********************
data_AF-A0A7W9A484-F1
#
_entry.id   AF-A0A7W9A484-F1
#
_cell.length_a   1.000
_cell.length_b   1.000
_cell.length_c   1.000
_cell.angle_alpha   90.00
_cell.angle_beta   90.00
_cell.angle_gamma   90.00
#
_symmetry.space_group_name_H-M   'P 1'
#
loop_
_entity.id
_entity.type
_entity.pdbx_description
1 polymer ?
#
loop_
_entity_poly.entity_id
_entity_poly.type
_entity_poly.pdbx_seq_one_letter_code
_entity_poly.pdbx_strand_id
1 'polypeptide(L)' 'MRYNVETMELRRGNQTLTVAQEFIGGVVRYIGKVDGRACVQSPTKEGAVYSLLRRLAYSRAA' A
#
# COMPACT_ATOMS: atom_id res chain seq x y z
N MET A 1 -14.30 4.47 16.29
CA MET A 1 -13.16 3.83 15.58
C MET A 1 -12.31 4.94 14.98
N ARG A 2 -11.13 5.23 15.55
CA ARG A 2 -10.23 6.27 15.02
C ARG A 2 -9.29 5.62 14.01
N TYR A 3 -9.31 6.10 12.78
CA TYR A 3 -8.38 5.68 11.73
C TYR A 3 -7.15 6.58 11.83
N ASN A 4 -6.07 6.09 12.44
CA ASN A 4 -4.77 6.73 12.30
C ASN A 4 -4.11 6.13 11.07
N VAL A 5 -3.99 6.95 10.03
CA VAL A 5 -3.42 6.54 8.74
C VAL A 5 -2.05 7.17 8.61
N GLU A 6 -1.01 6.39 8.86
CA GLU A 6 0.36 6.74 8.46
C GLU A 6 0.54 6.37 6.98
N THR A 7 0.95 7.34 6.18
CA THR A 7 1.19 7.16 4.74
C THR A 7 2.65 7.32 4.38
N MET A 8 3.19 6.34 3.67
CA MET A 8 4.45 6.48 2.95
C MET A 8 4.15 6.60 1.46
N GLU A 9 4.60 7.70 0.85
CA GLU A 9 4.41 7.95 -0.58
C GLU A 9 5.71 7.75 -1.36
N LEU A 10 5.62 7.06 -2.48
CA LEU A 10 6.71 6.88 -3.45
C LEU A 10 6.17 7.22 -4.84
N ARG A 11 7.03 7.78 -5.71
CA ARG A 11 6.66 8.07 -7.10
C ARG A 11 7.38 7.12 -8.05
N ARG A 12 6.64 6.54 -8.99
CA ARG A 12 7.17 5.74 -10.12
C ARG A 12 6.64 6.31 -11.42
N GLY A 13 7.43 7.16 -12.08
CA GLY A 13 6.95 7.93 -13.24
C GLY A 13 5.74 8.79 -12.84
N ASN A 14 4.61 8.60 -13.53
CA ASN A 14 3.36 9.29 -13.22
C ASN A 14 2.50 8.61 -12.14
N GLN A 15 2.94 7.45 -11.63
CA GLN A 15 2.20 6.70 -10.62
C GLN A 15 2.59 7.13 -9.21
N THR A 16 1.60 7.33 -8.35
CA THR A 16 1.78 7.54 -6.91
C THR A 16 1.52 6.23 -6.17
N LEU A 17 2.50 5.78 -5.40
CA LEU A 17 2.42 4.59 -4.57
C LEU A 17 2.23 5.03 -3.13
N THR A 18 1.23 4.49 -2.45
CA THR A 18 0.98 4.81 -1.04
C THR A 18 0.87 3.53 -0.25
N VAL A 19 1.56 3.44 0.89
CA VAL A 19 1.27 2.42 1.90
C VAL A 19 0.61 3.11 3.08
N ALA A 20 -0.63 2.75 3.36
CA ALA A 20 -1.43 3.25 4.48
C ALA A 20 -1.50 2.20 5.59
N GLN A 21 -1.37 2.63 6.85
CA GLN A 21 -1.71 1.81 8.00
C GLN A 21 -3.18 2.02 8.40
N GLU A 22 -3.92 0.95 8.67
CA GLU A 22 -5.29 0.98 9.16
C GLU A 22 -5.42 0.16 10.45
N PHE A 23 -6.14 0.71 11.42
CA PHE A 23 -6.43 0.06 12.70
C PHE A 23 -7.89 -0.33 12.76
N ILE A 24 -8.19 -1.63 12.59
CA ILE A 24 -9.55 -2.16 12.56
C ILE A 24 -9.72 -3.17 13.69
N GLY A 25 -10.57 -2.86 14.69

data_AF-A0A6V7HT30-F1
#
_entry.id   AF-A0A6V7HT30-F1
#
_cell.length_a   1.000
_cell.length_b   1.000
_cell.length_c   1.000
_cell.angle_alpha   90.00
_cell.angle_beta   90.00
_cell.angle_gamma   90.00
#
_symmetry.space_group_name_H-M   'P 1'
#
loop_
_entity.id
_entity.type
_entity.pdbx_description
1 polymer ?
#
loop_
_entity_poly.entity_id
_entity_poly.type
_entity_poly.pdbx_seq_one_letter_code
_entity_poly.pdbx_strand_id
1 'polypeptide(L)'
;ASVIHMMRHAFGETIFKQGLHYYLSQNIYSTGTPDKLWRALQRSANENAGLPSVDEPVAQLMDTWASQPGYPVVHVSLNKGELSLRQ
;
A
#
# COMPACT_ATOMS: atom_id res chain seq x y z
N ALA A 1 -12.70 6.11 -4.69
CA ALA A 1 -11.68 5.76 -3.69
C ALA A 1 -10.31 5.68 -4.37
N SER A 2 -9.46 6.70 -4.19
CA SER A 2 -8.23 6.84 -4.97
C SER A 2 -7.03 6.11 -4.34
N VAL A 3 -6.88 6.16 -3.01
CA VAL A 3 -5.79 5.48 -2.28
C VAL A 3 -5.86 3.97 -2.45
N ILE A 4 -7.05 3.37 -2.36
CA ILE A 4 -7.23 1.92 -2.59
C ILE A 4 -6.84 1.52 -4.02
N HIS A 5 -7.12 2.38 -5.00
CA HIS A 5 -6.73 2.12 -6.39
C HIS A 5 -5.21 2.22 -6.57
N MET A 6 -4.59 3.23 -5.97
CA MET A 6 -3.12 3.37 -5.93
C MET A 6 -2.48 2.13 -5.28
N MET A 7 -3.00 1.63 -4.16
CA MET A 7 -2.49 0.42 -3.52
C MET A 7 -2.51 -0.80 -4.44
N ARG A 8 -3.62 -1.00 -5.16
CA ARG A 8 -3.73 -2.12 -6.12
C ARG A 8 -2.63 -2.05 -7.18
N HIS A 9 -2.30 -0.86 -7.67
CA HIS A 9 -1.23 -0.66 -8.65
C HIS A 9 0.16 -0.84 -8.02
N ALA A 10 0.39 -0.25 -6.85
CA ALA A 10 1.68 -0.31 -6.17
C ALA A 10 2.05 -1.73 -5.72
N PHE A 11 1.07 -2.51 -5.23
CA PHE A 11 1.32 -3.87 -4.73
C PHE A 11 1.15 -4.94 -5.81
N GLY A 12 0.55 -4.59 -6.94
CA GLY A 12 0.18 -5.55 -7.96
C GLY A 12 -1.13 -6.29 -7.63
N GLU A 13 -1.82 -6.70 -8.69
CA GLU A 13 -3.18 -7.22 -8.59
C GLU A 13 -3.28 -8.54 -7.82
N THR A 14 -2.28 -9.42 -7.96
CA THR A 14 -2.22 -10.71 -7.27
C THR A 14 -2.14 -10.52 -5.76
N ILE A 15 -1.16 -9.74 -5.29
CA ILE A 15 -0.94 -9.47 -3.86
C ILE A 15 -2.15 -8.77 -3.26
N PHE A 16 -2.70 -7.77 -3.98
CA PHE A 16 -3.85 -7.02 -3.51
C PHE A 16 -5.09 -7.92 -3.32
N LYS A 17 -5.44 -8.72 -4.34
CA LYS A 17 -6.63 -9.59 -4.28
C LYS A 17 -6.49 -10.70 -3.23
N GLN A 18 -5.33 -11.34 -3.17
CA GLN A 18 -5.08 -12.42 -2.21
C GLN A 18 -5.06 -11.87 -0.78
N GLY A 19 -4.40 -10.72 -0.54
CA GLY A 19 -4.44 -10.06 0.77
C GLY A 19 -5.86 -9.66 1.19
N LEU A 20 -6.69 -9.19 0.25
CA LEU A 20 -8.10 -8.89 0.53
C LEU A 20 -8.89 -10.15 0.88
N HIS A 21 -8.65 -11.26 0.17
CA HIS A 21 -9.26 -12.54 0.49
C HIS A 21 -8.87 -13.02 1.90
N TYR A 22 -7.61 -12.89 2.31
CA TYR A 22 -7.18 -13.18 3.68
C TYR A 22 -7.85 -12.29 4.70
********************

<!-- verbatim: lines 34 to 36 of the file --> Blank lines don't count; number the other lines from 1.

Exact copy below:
N TYR A 3 -9.31 6.10 12.78
CA TYR A 3 -8.38 5.68 11.73
C TYR A 3 -7.15 6.58 11.83